# Homework Help: Moment Of Inertia

1. Jan 6, 2010

### makyol

1. The problem statement, all variables and given/known data
When we put together 4 rod in case they will construct a square and when we hang it from the corner. How can we find its total moment of inertia?

Length of rods: L
Mass of rods: M

2. Relevant equations
Paralel Axis Theorem: I = I + Md^2

3. The attempt at a solution
As my book said answer is 10ML^2/3. Can you please explain it how can i calculate it? Thanks a lot.
1. The problem statement, all variables and given/known data

2. Relevant equations

3. The attempt at a solution

2. Jan 6, 2010

### rock.freak667

Find the moment of inertia of one rod about its centre. Find the distance to the centre of the square, then use the parallel axis theorem.

3. Jan 6, 2010

### makyol

Does it make sense firstly finding all of four rods moment of inertia at its centre then taking it and finding the new moment of inertia secondly at the corner of square???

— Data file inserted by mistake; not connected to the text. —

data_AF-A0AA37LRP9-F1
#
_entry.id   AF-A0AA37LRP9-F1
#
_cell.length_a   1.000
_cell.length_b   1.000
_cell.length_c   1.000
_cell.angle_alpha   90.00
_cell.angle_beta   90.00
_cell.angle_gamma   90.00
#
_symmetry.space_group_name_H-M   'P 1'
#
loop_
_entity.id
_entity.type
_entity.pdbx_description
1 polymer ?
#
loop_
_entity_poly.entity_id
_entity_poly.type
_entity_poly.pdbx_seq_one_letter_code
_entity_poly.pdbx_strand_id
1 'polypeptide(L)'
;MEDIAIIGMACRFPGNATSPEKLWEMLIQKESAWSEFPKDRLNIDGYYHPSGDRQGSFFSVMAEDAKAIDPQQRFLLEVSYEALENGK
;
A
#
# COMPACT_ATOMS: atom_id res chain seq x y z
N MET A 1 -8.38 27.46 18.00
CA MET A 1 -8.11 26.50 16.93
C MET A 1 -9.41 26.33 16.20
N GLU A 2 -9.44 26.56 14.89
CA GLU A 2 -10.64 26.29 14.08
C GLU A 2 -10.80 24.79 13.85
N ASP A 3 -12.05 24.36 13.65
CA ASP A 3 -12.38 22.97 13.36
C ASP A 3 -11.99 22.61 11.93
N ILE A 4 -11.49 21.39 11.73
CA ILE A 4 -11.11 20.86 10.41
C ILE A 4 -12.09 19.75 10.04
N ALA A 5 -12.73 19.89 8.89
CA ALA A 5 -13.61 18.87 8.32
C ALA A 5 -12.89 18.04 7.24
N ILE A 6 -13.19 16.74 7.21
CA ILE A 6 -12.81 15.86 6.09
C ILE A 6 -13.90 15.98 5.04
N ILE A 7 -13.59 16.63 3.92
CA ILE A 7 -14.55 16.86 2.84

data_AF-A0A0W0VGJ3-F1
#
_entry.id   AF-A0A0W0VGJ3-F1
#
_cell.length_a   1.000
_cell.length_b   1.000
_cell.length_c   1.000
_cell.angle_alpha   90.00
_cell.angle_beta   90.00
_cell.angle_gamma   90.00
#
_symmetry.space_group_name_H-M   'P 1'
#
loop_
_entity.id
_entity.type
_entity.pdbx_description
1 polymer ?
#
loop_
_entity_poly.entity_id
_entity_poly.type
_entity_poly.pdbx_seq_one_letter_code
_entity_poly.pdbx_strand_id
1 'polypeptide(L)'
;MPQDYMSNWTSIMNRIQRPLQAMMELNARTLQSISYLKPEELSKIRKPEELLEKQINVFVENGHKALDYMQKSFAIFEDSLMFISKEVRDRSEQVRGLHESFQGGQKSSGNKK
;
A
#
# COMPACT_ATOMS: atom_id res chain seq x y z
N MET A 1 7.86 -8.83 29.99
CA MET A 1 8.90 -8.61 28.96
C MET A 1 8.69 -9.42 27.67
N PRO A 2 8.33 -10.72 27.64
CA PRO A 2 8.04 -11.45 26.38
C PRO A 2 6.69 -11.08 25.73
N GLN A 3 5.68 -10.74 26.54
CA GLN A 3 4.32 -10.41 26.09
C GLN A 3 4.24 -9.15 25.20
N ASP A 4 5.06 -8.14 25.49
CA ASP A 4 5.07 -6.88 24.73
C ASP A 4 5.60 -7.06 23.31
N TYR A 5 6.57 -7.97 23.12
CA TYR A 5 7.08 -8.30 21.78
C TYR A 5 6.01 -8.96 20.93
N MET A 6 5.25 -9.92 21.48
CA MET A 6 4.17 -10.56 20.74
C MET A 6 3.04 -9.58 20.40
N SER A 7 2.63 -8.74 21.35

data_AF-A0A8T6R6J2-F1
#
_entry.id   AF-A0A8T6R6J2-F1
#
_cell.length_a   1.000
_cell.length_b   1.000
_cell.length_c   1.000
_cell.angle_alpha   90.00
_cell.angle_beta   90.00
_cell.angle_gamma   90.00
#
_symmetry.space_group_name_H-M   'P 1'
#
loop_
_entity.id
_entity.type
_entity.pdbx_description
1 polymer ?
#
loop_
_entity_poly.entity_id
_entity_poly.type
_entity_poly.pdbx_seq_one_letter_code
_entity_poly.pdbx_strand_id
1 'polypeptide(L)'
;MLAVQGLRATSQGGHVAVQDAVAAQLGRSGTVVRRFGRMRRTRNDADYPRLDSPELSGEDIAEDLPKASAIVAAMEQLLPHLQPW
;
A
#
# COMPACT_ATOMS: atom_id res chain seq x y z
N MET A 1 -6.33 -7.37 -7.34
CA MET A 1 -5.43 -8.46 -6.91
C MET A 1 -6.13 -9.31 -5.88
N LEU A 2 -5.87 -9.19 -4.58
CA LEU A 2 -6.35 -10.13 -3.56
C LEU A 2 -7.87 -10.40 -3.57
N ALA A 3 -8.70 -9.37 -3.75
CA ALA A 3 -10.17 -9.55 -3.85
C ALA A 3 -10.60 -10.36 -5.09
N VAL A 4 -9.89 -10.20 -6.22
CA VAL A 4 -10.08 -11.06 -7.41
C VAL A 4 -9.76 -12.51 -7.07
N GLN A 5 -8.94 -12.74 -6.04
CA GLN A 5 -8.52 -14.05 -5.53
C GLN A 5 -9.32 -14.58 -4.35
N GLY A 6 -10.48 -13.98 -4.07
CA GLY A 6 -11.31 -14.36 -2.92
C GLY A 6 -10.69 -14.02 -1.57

Actually i cannot understand precisely, can you please be more clear?

4. Jan 6, 2010

### rock.freak667

Sorry, I didn't see the hanging from the corner part.

I=(1/12)ML2.

You need to find the distances of the centres of each rod to the corner and then use the parallel axis theorem. Then just simply add them up.

5. Jan 6, 2010

### makyol

But again i cannot get the result that is given by book. So do i have to take perpendicular distance to the corner for the each rod? I mean for example; for top two rods it is easy:
I = (1/12)ML^2 + M(L/2)^2 but when it comes to bottom rods, it is being complicated, unfortunately. Again what distance i will use?
L or squareroot of M(5/4)L^2 ???
Still i could not get the right answer despite the deal with two cases.
If you have any suggestion, i will appreciate it. Thanks.

6. Jan 6, 2010

### Staff: Mentor

Md^2 = M(5/4)L^2

7. Jan 6, 2010

### vela

Staff Emeritus
This approach would work. The moment of inertia about the center of the square would work out to be $$4/3 ML^2$$. Then you can apply the parallel-axis theorem to the square as a whole. You just have to be a little careful with this step because the mass of the square is 4M, not just M.